Chocolate Chip & Cherry Cookies

Types of Chocolate

Types of Chocolate

By Cat, 2009 (Photo, right, from Wikimedia Commons)

See also: 1. Cookies Menu; 2. Chocolate Choices for Baking (a sugar comparison)

What’s not to like about chocolate! and perhaps cookies are a wonderful way to get it because it comes in small doses – provided you don’t use too much sugar in the batter and don’t make the cookies as big as a plate.

I don’t like to use commercial chocolate chips because they contain a lot of fillers and questionable ingredients (such as GMOs). Most don’t use the high-cocoa-content chocolate that provides all the health benefits attributed to chocolate. Lastly, most commercial chocolate brands do not fairly compensate the farmers, so I look for “Fair Trade” chocolate (which usually is also Organic and thus avoids GMOs).

Instead of chocolate chips or bakers chocolate, I use Belgian dark chocolate that comes in a large bar that you can grate or chop into small pieces like chips, or melt like bakers chocolate.

This particular recipe appeals to me because: 1. it uses stevia instead of sugar; 2. it includes dried cherries, which are grown and dried locally where I live. However, I’ve not yet tested my adaptation of this recipe.

Chocolate Chip & Dried Cherry Cookies

This recipe is adapted from Lisa Jobs’ recipe in her book Sensational Stevia Desserts (1); her recipe is reproduced on the Defeat Diabetes Foundation website (2). Her original recipe uses white chocolate chips, which really isn’t chocolate at all, but just the cocoa butter – the fat in the chocolate. I want the health benefits and flavor of dark chocolate, so prefer to use Belgian high-cocoa-content dark chocolate instead of white chocolate.

However, white chocolate has more sugar than the high-cocoa content dark chocolate I use, so more sweetener is needed in the cookie batter. I choose to add Rapadura sugar for the added sweetener (because the equivalent amount of added stevia is too small to measure). For more detail on how I determine the amount of added sugar needed, see my article: Chocolate Choices for Baking (a sugar comparison).

Her recipe also uses all unbleached white flour, but I’ve adapted this to use part whole wheat flour – either whole wheat pastry flour (the best for cookies), or hard white whole wheat flour such as Wheat Montana’s Prairie Gold flour.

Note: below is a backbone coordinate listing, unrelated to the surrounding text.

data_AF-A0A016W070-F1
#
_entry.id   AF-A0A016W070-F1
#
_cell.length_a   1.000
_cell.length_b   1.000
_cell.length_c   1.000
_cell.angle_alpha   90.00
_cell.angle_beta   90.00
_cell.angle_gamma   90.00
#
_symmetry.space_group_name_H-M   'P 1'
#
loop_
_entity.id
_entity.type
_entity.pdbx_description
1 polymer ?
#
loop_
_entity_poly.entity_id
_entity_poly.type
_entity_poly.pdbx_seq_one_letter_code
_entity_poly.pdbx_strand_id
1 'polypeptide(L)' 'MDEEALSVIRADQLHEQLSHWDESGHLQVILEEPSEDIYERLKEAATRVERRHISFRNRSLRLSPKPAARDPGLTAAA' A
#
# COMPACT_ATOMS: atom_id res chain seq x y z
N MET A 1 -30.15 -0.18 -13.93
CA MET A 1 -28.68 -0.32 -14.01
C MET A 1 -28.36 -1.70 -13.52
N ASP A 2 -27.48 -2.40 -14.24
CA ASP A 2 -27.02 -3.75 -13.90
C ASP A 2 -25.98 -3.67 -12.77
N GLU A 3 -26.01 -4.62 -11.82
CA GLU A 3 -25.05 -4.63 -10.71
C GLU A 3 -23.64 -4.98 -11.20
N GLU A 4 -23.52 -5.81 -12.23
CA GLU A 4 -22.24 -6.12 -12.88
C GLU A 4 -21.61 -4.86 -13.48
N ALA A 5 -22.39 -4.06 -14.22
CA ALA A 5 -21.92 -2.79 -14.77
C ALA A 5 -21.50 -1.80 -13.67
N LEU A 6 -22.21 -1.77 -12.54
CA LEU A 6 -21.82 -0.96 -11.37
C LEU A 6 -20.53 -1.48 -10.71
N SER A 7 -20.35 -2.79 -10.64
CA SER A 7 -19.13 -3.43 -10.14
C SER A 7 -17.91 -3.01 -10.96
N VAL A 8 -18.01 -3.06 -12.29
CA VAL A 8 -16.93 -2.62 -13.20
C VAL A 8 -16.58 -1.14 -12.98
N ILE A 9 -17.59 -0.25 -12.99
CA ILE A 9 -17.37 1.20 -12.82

Lisa also cautions that because there is no real sugar in this recipe, it will not caramelize (brown) on the top. So check the bottom of the cookie for doneness, or insert a toothpick. Or replace part of the stevia with Rapadura flour. 1 tsp stevia extract powder is roughly equivalent to 1 cup white sugar. In this recipe, which calls for roughly 3/4 tsp stevia (equivalent to 3/4 cup sugar), you could use 1/2 tsp stevia and 1/4 cup sugar.


Ingredients & Equipment:


  • 1/2 cup unsweetened dried cherries or unsweetened dried cranberries
  • 1/2 cup 70% cocoa content dark chocolate chips (about 45 grams)
  • 2 large eggs
  • 3/4 tsp stevia extract powder (or more to taste)
  • 1 Tbsp Rapadura sugar (added because substitute 70% cocoa content dark chocolate)
  • 3/4 cup (1 1/2 sticks) butter, softened
  • 1 1/4 cup unbleached white flour (divided)
  • 3/4 cup whole wheat pastry flour, or hard white whole wheat flour
  • 3/4 tsp baking powder
  • 1/2 tsp Unrefined sea salt
  • Equipment:
  • 2 cookie sheets
  • baking parchment paper
  • small bowl
  • large bowl


  1. Preheat oven to 350°F. Place baking parchment on two cookie sheets.
  2. Cut cherries into large bits and dredge with chocolate chips in 1/4 cup of the unbleached white flour
  3. Sift remaining flour(s) with salt and baking powder into a bowl.
  4. Beat eggs, stevia, added sugar, and vanilla extract with mixer in large bowl. Add butter and blend well (it will not ‘cream,’ but rather butter will separate from the eggs, to be re-incorporated when remaining ingredients are added)
  5. Add half of the sifted flour mixture to egg mixture. Mix well, then add remaining flour mix and mix thoroughly. It will be thick.
  6. Fold in dredged mixture.
  7. Shape into 1 1/4″ balls, and press down with hand or bottom of a glass to 2″ diameter on prepared baking sheets.
  8. Bake 10 – 12 minutes, or until bottom of cookie becomes slightly browned; watch carefully! Cool on racks.


If use white chocolate chips, choose unsweetened chips, use 3/4 tsp stevia extract powder, and omit the 1 Tbsp sugar.


  1. The book: Sensational Stevia Desserts by Lisa Jobs (
  2. Lisa Jobs does not have a recipe website, but her original recipe is available on the Defeat Diabetes Foundation Website:

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